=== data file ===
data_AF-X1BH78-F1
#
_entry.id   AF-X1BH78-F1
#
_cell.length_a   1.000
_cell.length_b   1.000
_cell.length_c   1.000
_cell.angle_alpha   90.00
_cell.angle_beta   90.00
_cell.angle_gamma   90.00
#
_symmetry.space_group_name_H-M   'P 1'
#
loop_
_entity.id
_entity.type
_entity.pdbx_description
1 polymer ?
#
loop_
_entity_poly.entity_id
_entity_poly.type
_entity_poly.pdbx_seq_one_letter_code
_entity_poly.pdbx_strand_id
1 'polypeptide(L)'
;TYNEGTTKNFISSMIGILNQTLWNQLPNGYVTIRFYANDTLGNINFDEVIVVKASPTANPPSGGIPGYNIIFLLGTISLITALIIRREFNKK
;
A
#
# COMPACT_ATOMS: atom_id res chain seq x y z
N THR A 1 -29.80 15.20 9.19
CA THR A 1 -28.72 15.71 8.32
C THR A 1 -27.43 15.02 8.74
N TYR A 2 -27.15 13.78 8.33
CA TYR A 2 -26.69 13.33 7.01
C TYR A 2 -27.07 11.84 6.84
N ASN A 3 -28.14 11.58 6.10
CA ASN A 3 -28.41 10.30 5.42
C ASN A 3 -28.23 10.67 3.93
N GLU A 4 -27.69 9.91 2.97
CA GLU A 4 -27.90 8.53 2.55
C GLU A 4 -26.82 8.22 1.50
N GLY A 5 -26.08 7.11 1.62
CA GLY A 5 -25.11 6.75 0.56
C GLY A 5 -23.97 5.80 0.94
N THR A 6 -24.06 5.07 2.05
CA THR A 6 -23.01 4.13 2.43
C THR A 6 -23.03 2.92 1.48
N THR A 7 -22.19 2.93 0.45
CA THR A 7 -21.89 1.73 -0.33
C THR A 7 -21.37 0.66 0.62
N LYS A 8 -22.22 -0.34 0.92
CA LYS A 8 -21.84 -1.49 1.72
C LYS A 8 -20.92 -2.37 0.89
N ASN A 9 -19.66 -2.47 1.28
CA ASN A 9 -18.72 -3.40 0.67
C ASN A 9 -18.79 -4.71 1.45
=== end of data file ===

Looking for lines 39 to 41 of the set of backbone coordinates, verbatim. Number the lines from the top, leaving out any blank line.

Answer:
C ASN A 3 -28.23 10.67 3.93
N GLU A 4 -27.69 9.91 2.97
CA GLU A 4 -27.90 8.53 2.55